custom fly rods

How many reasons can you possibly think of to justify a fly fishing trip, especially one far from home?

So here we go.

  • My 14 year old son was visiting United States on a school drama tour. Chicago and New York, in Autumn. Brilliant excuse.
  • My Sister lives in New York City and I haven’t visited her place before. Excellent reason.
  • Haven’t been New York for nearly 20 years. Do you need a reason?

Well the opportunity to grab my son at the end of his tour and kick on a bit in NYC and visit my sister was too good to pass up.  So I planned to arrive a few days before my son’s school tour was over and do some fly fishing.  The question was where exactly?

I did what we all do and got on the interweb and searched for the best places to fly fish in New York.  High on the list was Roscoe, in the Catskill Mountains. The web site for the town proudly declaring that Roscoe was indeed “Trout Town USA”.  So a promising start to my search.

Further searching found me looking at the website for Baxter House, a fly fishing outfitters, shop, lodge and guiding service run by Ken and Michelle Tutalo.  Looked good enough to me so I booked in for four days of guided fly fishing.

I arrived at Baxter House, Roscoe NY on the 24th of September, the day after flying in from Sydney, jet lagged and very weary.  The next day I would be drift boating down the main stem Delaware River. “Get a good nights sleep Nick” said Ken, “ it’s 12 miles of drift over about 8 hours, long day”.  I had booked in to stay in the lodge at Baxter House, a pleasant and comfortable room next door to the fly shop and a short walk to the centre of town.

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DAY 1: Delaware River Main Stem-Long Eddy to Tower Road

The first days fishing didn’t start well. Didn’t sleep a wink.  Initially presented with a heavy three nymph rig sitting below a bubble, I think I crashed every second cast into the rod for the first two hours. I called for a time out, and ate a small amount of a stupidly large ham and salami roll I’d bought that morning from the local cafe. Food helped, the casting improved and it was not long before I had my first Delaware River Rainbow trout hooked.  Notice I said hooked. Not landed. Not yet anyway.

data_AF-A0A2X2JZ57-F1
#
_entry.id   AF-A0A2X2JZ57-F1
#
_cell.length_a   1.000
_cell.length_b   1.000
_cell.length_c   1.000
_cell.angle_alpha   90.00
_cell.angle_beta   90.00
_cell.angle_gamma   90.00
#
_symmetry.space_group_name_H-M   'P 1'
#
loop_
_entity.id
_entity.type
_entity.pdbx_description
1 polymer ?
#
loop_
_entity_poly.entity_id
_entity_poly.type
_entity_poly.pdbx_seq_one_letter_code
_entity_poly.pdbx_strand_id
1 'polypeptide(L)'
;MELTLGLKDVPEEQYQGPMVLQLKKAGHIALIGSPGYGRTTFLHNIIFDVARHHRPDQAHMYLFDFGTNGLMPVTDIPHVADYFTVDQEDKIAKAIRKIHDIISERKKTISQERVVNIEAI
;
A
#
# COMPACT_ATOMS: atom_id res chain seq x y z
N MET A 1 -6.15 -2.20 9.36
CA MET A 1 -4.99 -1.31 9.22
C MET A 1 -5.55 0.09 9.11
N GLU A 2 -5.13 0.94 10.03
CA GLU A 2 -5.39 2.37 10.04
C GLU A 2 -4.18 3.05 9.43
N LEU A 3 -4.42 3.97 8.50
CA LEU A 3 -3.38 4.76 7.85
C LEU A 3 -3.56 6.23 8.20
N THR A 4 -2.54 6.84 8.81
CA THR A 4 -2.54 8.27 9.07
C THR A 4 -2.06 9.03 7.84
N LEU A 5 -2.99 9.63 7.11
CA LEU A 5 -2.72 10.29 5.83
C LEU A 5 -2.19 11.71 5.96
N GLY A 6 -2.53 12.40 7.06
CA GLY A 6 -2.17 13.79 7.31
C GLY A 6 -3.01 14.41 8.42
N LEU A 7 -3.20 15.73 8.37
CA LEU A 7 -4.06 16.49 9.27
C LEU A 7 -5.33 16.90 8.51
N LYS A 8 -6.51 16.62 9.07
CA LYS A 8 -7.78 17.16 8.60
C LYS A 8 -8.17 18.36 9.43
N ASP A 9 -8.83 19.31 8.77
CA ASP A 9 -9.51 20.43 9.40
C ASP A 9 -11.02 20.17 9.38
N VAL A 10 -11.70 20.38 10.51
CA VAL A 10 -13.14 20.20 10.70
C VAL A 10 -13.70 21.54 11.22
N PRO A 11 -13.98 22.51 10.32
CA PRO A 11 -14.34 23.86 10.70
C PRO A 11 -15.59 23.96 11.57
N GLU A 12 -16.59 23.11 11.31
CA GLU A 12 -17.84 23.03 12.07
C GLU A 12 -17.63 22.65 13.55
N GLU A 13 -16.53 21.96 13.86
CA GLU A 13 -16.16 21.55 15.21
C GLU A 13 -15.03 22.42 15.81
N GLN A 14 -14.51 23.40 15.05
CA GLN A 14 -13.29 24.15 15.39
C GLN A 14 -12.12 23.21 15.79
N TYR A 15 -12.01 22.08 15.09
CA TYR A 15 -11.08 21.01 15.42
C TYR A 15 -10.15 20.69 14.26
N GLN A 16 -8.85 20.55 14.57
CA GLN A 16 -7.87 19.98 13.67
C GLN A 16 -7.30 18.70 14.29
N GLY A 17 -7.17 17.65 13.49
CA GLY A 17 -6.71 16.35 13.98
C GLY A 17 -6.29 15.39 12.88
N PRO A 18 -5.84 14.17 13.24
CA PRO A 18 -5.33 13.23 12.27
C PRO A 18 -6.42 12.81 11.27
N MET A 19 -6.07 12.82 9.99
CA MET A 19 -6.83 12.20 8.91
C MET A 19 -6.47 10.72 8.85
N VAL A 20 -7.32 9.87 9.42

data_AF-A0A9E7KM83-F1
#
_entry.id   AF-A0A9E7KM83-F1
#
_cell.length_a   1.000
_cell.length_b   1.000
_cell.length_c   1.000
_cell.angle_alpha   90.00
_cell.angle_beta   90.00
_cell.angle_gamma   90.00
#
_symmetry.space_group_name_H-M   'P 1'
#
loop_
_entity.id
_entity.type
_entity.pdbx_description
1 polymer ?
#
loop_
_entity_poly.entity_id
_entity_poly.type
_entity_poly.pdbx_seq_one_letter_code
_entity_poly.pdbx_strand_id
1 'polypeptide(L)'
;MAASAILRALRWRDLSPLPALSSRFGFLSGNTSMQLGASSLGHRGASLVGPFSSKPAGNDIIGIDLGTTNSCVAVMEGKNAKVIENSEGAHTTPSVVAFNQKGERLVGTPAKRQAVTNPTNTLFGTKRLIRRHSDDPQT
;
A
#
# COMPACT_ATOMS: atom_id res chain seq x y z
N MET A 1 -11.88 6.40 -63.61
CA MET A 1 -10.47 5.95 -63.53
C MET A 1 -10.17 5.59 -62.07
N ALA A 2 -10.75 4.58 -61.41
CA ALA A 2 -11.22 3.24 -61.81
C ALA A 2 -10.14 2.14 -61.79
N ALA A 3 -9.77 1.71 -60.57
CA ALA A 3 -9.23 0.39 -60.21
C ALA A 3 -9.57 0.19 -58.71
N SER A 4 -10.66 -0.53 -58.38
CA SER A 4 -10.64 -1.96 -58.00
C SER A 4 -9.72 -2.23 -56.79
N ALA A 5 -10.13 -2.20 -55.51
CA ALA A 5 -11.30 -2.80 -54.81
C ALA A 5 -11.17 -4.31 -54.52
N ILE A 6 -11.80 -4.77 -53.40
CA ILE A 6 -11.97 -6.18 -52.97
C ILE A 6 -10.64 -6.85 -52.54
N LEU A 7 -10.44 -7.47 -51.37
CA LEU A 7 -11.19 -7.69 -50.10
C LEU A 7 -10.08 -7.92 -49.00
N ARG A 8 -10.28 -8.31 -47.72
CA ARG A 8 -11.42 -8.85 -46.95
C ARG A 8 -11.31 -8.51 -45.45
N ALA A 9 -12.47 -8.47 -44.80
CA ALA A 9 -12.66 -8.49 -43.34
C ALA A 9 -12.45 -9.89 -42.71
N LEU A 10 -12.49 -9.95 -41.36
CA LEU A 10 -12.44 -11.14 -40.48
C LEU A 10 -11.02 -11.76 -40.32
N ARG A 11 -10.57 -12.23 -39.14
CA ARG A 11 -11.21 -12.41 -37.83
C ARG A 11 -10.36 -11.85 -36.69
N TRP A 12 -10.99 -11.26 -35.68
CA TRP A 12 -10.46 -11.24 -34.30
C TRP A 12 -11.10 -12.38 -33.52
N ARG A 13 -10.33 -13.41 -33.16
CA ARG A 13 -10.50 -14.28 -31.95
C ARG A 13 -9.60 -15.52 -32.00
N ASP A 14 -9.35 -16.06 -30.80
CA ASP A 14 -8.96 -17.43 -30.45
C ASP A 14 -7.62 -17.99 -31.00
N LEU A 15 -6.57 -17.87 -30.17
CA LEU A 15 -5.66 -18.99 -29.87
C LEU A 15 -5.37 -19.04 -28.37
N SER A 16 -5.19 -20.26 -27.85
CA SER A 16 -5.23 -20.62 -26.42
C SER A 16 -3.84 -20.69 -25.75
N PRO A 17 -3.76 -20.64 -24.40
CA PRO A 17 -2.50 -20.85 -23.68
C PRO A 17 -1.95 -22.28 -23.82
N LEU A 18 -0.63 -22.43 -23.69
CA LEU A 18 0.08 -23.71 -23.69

That first rainbow took off across the river (about 60 metres wide) and didn’t give an inch until all 30 metres of fly line and about 15 metres of backing were stripped off the reel.  Ken was laughing, saying “they’ll do that to ya, those Delaware rainbows”.  When the fish finally arrived at the boat and was safely netted, we had a 17 inch (43cm) ‘bow.  I’ve caught the odd rainbow that was bigger, but never faster and never so keen to get as far from the boat in the shortest possible time.  And that’s how the afternoon went, a couple more rainbows about the same size and just as crazy.

That first day was all about nymph fishing as the summer and autumn had been so hot and dry, the autumn insect activity and thus dry fly fishing had up to that point been quite poor. Ken was waiting for the cold nights to kick in and some desperately needed rainfall to activate the bugs.


DAY 2: Delaware River West Branch-Stilesville to Hale Eddy

Day two fishing was a change of location to the West Branch of the Delaware River, just below the Cannonsville Reservoir. Today I was with one of Kens most senior guides, Zac Anderson.  The West Branch is a very different stretch of water, somewhat narrower and, on this day discoloured and cooler water from the reservoir compared to the clear waters of the Main Stem on the first day. Again we were to drift the river over about 16km, and Zac had it in mind that we would streamer fish all day looking for big Browns along the edge of the grassy, undercut banks.

They like their big streamer flies in the US and it is not a technique I was familiar with for catching trout.  The fly we used most was a “Circus Peanut” (a Kelly Galloup Pattern)an articulated, 2-hook creation about 9-10 cm long that would not looked out of place decorating your Christmas tree.  But the big brown trout love them.  After a couple of hours casting into the bank and the first catch of the day was a 21 inch (53 cm) specimen.